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Thread: Hope for chronics

  1. #1

    Hope for chronics

    http://lollymack.com/news/my-visit-t...in-california/

    And all the doctors need is quarter of a million to go to clinical trial. Wish it was available now for the partially paralyzed who can use walker briefly!

  2. #2
    Senior Member lunasicc42's Avatar
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    Quote Originally Posted by FellowHawkeye View Post
    http://lollymack.com/news/my-visit-t...in-california/

    And all the doctors need is quarter of a million to go to clinical trial. Wish it was available now for the partially paralyzed who can use walker briefly!
    Does anyone have the time and the means to start and manage a gofundme page for this ...the amount needed isn't relatively too large of an amount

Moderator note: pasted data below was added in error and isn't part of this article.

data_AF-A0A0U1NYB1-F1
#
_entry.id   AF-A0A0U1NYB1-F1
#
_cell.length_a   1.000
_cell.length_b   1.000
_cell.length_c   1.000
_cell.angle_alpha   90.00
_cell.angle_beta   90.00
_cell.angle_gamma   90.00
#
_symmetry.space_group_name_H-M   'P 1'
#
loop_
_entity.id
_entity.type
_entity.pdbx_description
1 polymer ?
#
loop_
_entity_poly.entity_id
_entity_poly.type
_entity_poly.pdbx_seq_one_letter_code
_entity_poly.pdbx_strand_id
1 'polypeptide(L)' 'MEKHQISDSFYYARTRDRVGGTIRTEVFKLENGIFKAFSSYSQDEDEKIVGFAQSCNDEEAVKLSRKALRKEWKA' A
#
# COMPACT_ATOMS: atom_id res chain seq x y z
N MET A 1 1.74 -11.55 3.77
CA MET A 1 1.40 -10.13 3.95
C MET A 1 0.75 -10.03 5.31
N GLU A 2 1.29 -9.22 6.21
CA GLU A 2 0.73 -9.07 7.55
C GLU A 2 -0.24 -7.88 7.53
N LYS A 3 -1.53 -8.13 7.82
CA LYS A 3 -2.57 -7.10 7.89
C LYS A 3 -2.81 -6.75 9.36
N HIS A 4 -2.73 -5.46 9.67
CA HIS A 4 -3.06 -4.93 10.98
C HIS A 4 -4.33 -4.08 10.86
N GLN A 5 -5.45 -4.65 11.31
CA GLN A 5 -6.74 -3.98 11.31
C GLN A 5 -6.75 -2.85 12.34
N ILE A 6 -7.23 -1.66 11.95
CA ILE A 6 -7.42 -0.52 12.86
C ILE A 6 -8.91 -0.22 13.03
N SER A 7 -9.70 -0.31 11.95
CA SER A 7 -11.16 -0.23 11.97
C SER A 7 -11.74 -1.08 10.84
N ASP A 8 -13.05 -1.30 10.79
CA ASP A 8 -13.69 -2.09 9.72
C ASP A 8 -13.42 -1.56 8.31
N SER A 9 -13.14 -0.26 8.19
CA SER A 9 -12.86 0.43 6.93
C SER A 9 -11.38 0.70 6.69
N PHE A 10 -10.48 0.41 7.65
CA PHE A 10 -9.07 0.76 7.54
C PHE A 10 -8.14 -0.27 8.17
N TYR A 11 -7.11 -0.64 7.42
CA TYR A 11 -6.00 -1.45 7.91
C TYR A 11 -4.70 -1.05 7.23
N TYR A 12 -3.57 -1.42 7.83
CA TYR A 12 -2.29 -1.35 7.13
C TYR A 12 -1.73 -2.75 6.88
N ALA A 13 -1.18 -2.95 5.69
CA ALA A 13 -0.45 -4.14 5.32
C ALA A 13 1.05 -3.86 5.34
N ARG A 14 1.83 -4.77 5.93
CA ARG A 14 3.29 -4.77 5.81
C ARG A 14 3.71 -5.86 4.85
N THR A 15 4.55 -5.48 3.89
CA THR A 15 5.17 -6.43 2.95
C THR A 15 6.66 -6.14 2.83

"That's not smog! It's SMUG!! " - randy marsh, southpark

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  3. #3
    Senior Member lynnifer's Avatar
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    Wouldn't the Reeve Foundation fund something at the Reeve Centre?
    Roses are red. Tacos are enjoyable. Don't blame immigrants, because you're unemployable.

    T-11 Flaccid Paraplegic due to TM July 1985 @ age 12

  4. #4
    I can understand it from a newbie but Christ you more experienced CareCurers are not really getting any better at this are you? Do you think $250k will get a gene therapy like PTEN to clinical trial? Have a little word with yourselves!